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MBA Class of 2024 students Landon Hollingsworth (MBA/MPA-ID 2024) and Teresa Danso-Danquah (MBA 2024) discuss forming and leading the Disability Advocacy and Affinity Group (DAAG), the challenges and strengths of their own disabilities, and how businesses can create access and awareness for their employees.



Teresa Danso-Danquah (MBA 2024): There's a legal definition of disability. A physical or mental impairment that substantially impacts a major life activity, and that's defined by the Americans with Disabilities Act. But disability for me is just any other part of diversity and part of the human experience.

Landon Hollingsworth (MBA/MPA-ID 2024): And it is a facet of a person's identity. It's not a condition. It's not something to be solved. It's something to be celebrated.

Teresa Danso-Danquah: If 1 in 4 people right now have a disability, that is someone you know, someone you could be working right next to you.

Landon Hollingsworth: I have dyslexia and ADHD. For me, it's always been very difficult to read large amounts of text, and it takes a little bit longer for me to process written information.

Teresa Danso-Danquah: I was an advocate for my sister, who has an intellectual disability, and it wasn't until college that I was diagnosed with mental illnesses. Since then, other physical disabilities. Prior to school, I actually deferred to focus on my health. I also had a major surgery. Sometimes I'm able to walk well, sometimes I'm able to sit for long periods of time, and sometimes I'm not able to.

Landon Hollingsworth: Including allies, we have about 50 people. We're hoping to grow that number significantly this year because we know that there are far more than 50 people who have a disability here at HBS.

Teresa Danso-Danquah: I always thought I could just push through. And I think we live in a society that rewards that. And I realized it's OK to say that I'm not OK. To reach out for help and to ask for that. There's so many people that struggle with authenticity and vulnerability, and I know that I have found probably my greatest strength and power in being able to be authentic and vulnerable.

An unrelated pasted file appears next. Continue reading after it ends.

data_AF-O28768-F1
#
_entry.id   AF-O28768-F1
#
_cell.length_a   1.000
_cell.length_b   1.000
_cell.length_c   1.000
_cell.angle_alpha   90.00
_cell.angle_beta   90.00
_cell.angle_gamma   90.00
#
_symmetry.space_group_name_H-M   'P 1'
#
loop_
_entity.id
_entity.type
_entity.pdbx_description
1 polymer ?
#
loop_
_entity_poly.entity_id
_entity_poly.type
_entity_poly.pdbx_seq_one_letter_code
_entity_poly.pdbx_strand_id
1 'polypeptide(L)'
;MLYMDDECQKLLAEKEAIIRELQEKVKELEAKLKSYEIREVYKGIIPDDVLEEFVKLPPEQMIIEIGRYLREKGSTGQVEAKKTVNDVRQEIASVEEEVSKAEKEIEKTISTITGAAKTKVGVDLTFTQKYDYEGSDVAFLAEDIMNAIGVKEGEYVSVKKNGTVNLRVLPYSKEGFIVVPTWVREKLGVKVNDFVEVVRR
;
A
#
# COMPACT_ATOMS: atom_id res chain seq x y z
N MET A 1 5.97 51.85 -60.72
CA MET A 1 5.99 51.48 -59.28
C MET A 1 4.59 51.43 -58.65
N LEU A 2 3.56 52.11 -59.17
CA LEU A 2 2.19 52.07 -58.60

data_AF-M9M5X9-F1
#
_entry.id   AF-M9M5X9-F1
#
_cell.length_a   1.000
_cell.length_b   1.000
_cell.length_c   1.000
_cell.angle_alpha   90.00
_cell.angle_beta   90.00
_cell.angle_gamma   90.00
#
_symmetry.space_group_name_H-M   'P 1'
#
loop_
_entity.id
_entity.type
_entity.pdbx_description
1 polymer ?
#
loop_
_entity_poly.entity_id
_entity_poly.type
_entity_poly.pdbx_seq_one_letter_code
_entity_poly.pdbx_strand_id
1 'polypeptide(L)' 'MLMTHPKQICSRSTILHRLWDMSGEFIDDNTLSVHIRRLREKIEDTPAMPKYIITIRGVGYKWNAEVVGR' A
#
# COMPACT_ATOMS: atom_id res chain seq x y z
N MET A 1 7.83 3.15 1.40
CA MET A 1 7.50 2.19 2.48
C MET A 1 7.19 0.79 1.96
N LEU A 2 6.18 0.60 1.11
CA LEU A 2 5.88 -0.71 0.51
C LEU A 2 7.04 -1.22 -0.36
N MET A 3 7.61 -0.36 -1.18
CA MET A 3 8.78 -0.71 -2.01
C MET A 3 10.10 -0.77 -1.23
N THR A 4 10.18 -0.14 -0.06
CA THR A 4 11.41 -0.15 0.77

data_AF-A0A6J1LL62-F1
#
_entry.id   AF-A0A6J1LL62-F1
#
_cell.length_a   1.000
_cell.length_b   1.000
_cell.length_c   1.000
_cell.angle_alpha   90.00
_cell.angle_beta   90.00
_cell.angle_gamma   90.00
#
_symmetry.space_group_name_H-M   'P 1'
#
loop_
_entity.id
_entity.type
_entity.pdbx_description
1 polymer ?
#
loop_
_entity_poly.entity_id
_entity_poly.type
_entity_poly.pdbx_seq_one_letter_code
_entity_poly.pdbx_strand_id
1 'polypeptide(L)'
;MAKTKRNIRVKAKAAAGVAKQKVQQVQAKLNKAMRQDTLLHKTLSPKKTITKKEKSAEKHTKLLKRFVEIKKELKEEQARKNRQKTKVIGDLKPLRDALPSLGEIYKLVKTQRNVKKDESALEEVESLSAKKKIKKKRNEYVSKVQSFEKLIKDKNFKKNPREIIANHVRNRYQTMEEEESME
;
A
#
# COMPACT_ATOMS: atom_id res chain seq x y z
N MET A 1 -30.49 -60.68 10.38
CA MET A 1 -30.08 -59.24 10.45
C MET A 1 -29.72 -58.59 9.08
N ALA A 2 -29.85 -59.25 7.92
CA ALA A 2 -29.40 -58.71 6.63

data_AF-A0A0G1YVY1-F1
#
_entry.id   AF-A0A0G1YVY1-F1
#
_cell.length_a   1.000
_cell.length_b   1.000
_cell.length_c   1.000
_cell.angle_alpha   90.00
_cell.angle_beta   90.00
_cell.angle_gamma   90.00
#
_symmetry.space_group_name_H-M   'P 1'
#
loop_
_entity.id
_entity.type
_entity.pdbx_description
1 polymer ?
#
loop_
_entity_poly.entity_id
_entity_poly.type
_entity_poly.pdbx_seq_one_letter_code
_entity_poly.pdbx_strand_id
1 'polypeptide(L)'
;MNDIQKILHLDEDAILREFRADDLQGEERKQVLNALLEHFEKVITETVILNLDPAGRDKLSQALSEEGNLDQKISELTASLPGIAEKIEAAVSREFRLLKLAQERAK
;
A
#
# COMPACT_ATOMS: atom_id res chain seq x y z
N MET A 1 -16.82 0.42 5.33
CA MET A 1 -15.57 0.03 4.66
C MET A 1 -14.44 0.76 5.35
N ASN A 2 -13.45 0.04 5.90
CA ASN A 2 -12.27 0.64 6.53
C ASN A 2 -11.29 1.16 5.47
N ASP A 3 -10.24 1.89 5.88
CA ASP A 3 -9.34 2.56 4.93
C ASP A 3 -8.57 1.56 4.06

Landon Hollingsworth: Part of the reason that we created this group was to give people a space who maybe have a disability, but don't feel comfortable talking about it, don't feel comfortable identifying that way, can give them a space to feel comfort and to feel like they have other people around them that support them and can celebrate them.

When it comes to businesses, I think that there's three things that they should be doing. One is just acknowledging that folks with disabilities are assets. The second thing, I think, is removing barriers. That could be physical barriers, it could also be of non-physical barriers. The third thing is just to create access.

Teresa Danso-Danquah: I want people to recognize that people can be leaders with disabilities, and they can be in high-powered jobs and fast-paced jobs, and still thrive with a disability. And that's something that I bring to the roles that I've had on campus, whether it's being President of PRIDE or being part of the DAAG.

Landon Hollingsworth: The experience here, founding this group, really opened my eyes to what it means to build something from the ground up. You can be extremely passionate about something and you can be extremely adept at running a business, but no ship sails itself alone.

Teresa Danso-Danquah: I wish we could live in a world that really embraces universal design, which is the idea that when we make something, we think of the broadest range of people that could use that product, whether it's a curb cut that actually helps someone in a wheelchair, but also a woman pushing a stroller or someone using an accessible door to be able to open the door while they're carrying a lot of books, not just someone with a disability.

Landon Hollingsworth: I came to Harvard because I wanted to understand how can we use business principles in the non-profit sector and the social sector to drive more change? Because when an organization runs more efficiently, any organization, but especially non-profits, they're able to drive more impact.

Teresa Danso-Danquah: Healing is a lifelong journey. So I am grateful for my time here, for even like the challenges that I've had, and I look forward to being a stronger advocate when I graduate.


This video was originally published on the HBS Newsroom page.